DOJ to Oregon: Comply with fed statute on immigration

29 jurisdictions in the US have until December 8 to respond

In this Feb. 9, 2017, photo provided U.S. Immigration and Customs Enforcement, ICE agents at a home in Atlanta, during a targeted enforcement operation aimed at immigration fugitives, re-entrants and at-large criminal aliens. The Homeland Security Department said Feb. 13, that 680 people were arrested in roundups last week targeting immigrants living illegally in the United States. (Bryan Cox/ICE via AP)

PORTLAND, Ore. (KOIN) — The US Department of Justice sent letters to 29 jurisdictions around the country, including Multnomah County and the State of Oregon, reminding them their sanctuary-city policies may violate a federal statute.

The 29 locations, the US DOJ said in a release, “have preliminarily been found to have laws, policies, or practices that may violate 8 U.S.C. 1373.”

That federal statute “promotes information sharing related to immigration enforcement.”

In the letters, signed by Alan Hanson, the Acting Assistant Attorney General, each locale is reminded of the funding they receive and that they need to be in compliance with this federal statute, and that a review is underway to make sure “they will comply with Section 1373” in order to receive future funding.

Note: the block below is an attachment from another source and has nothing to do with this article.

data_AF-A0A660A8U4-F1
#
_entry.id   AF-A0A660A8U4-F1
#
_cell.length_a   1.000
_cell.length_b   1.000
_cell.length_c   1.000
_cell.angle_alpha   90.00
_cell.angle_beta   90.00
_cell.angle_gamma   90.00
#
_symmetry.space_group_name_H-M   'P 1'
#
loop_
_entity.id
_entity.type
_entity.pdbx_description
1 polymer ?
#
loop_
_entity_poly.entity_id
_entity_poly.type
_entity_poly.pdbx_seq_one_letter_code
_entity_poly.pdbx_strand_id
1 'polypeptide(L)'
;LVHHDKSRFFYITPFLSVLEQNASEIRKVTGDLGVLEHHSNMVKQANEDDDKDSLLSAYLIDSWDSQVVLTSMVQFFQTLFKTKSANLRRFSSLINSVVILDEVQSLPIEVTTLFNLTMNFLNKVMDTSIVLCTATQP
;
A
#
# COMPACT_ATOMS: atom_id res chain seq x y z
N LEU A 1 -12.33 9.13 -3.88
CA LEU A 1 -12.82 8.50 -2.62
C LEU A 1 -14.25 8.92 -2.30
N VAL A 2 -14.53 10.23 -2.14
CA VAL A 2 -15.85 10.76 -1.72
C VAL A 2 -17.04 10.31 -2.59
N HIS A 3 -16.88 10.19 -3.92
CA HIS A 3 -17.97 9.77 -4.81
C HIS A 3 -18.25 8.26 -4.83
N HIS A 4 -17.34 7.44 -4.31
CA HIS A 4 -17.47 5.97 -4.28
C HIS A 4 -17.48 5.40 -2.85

Below are the letters sent by the US DOJ to Multnomah County and the State of Oregon

Each locale has until December 8 to reply to the DOJ.

This letter seems to continue efforts by the DOJ to wield the power of the federal purse over cities and states who have adopted sanctuary city policies.

On October 19, a federal judge rejected the Justice Department’s efforts to have a lawsuit filed by Seattle and Portland over sanctuary city policies thrown out.

US Attorney General Jeff Sessions in Portland, September 19, 2017 (KOIN)
US Attorney General Jeff Sessions in Portland, September 19, 2017 (KOIN)

The cities filed the lawsuit over the Trump administration’s threats to cut funding for jurisdictions that don’t play ball on federal immigration enforcement priorities. Those threats were previously blocked by a federal court in California, in a case brought by San Francisco and Santa Clara County.

The Justice Department asked U.S. District Judge Richard Jones to throw out the lawsuit by Seattle and Portland, but he refused in a decision that day. He called the administration’s threats “unconstitutionally coercive.”

Attorney General Sessions himself came to Portland in September. In a speech at the USCIS — US Citizenship and Immigration Services — field office in Northwest Portland, Sessions said some jurisdictions have tried to undo immigration laws through sanctuary policies, which he said undermines the “moral authority of law and undermines the safety of the jurisdictions that adopt them.”

The Associated Press contributed to this report